The final battle was the one inside the fort, inspired by the seizure of Forth Michilimackinac during Pontiac's Rebellion. The local Ojibwe Indians have used the ruse of a lacrosse game to follow an errant ball and storm into the fort. The battle between the attackers and the defending British is usually a brutal and bloody one. Kevin and Derek's game was no exception. The Ojibwe managed to kill three redcoats early on, but Kevin was able to pull his scattered garrison back into command range of his leader. He then began to use musketry to shoot down the attackers, half of whom were armed only with knives or tomahawks. The battle was a tense and close one -- with both sides being one away from the "Below 50%" morale checks. The British were forced to check first, which scattered their forces, again. Kevin bravely charged his leader into melee with the Ojibwe chieftain. It was a clever move -- if he killed him outright, the Indians would have to take two consecutive checks and would likely lose most, if not all, of their forces. The Ojibwe leader won the combat, though, and with it, the battle. This meant the French came out overwhelmingly on top by victory points.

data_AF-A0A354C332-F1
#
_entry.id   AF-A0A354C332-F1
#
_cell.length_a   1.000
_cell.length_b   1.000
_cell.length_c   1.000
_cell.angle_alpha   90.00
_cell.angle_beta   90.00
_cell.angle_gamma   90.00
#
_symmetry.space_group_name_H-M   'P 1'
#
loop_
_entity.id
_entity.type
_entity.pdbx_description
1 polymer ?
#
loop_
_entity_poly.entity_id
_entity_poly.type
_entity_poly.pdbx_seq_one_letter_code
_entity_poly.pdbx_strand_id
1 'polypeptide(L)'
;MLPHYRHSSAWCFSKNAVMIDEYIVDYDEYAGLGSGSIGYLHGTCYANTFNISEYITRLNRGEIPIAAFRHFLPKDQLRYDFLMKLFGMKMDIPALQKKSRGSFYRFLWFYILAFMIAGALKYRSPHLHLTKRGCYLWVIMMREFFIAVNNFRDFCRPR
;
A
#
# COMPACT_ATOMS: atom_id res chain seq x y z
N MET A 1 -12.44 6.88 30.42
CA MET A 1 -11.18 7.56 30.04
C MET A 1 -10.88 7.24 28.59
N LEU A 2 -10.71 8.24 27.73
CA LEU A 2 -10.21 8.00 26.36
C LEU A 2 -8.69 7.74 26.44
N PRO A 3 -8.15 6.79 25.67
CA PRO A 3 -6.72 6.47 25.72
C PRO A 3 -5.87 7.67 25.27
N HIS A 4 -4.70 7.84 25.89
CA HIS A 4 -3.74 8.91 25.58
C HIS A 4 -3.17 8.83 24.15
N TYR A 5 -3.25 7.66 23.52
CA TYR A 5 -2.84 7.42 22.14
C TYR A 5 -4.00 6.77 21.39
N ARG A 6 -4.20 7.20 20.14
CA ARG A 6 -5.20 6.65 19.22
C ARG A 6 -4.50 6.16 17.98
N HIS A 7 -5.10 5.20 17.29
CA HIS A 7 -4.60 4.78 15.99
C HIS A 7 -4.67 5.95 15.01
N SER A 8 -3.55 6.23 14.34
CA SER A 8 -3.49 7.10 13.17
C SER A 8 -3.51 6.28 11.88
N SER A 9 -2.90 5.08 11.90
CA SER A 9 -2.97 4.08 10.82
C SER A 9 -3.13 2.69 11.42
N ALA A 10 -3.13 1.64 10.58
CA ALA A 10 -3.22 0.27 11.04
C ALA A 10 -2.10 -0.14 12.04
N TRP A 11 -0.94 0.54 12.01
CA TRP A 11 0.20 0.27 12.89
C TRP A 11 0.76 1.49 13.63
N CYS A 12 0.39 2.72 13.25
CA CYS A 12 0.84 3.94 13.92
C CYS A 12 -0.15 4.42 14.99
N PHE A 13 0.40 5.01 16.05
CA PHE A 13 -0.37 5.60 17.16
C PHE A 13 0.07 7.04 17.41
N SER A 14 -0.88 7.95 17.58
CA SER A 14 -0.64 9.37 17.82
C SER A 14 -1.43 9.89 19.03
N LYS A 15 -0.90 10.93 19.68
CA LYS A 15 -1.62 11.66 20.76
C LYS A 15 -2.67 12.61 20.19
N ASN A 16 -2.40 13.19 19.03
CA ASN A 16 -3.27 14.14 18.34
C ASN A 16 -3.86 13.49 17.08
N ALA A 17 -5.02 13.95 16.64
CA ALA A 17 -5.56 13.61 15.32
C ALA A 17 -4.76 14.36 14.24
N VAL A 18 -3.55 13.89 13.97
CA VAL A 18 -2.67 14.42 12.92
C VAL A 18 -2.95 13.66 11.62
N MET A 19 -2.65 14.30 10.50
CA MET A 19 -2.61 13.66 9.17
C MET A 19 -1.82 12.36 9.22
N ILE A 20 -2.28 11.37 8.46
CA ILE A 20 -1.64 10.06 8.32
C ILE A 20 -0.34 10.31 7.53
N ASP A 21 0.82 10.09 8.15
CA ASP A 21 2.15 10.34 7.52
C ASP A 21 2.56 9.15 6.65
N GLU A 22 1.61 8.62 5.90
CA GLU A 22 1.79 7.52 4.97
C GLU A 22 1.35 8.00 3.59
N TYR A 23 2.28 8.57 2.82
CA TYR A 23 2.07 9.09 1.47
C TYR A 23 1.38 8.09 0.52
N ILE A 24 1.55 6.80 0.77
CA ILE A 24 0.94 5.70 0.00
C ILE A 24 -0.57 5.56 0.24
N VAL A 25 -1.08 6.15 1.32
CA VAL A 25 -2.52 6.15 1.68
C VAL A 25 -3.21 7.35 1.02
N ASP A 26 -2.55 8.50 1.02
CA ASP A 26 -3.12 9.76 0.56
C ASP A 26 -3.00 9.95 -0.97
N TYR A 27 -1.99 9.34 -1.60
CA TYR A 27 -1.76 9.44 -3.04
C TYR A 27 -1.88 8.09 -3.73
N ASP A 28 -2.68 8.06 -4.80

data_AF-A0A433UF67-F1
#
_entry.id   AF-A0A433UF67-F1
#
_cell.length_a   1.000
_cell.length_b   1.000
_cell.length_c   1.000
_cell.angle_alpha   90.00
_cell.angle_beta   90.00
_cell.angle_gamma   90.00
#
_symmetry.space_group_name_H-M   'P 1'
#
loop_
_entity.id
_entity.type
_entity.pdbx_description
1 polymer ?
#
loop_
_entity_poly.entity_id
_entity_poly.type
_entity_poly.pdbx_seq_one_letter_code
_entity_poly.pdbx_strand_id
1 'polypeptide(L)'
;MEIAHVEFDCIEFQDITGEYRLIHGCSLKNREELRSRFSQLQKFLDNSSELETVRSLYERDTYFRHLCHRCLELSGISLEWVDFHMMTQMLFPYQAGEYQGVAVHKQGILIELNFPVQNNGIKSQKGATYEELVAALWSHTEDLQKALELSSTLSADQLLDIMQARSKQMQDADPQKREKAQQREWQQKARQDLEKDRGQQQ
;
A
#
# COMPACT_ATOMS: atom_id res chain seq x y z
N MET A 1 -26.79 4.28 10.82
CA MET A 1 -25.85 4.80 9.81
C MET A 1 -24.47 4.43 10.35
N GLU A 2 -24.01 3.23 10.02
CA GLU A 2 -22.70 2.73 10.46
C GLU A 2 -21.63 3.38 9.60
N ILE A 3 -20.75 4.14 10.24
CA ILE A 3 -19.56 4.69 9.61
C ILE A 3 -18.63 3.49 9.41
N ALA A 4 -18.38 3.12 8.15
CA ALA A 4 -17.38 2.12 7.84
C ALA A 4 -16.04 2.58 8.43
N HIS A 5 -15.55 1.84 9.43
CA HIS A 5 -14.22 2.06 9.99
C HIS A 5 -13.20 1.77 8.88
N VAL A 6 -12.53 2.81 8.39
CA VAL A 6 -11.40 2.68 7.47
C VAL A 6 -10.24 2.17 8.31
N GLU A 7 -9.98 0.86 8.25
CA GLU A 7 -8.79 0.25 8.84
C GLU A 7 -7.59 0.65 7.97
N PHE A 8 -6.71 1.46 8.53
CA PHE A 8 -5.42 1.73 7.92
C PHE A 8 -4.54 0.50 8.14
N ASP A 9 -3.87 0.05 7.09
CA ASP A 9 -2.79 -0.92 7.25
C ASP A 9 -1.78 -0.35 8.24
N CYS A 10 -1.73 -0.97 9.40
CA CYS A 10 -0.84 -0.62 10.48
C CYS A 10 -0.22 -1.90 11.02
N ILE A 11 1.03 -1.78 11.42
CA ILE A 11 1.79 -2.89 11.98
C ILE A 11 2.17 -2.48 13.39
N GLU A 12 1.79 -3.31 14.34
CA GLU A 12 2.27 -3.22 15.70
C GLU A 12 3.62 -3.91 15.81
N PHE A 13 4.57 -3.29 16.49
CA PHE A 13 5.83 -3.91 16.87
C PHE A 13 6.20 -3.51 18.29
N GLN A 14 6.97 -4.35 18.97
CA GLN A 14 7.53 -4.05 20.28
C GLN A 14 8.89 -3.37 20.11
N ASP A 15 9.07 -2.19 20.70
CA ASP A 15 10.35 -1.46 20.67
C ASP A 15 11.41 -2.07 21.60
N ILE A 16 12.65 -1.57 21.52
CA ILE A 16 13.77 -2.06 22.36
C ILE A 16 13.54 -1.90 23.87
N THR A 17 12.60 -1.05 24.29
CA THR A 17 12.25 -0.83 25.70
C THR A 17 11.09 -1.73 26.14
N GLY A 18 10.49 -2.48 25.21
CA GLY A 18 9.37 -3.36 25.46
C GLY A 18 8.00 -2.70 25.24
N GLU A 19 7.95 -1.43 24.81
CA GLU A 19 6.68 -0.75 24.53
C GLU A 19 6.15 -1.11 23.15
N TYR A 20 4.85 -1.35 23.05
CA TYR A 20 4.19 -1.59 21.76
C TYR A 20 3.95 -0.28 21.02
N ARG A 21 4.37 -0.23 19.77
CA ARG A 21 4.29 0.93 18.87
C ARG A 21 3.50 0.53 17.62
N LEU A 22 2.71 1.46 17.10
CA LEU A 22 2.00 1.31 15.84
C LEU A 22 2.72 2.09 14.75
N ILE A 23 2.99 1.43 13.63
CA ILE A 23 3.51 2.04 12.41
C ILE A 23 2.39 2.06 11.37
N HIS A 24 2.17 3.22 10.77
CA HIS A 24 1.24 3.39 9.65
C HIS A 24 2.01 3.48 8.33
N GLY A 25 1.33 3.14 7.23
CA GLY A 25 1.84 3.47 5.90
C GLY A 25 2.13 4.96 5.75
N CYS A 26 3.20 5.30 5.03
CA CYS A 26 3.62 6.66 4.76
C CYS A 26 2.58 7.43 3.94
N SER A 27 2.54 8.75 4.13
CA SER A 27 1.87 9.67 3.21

My scratch-built cliffs are always atmospheric eye candy at our games
It was a great series of games, and the players seemed to have fun. We sold 13 copies of Song of Drums and Tomahawks rules, which continue to go over very well with players. I'm extremely happy with their success. I look forward to equal success in a week and a half at Drums at the Rapids -- our next convention stop. There we will run a game Friday night and Saturday morning in the shadow of the palisades of Fort Meigs. This reconstructed War of 1812 fort is an atmospheric place to visit, and I always enjoy wandering among its blockhouses and artillery emplacements after running my games. Anyone in the area on May 16 or 17 should stop by and check out both the game and the fort!
Come to Fort Meigs on May 16-17 to play in the next running of the Ohio Frontier Aflame using Song of Drums and Tomahawks rules!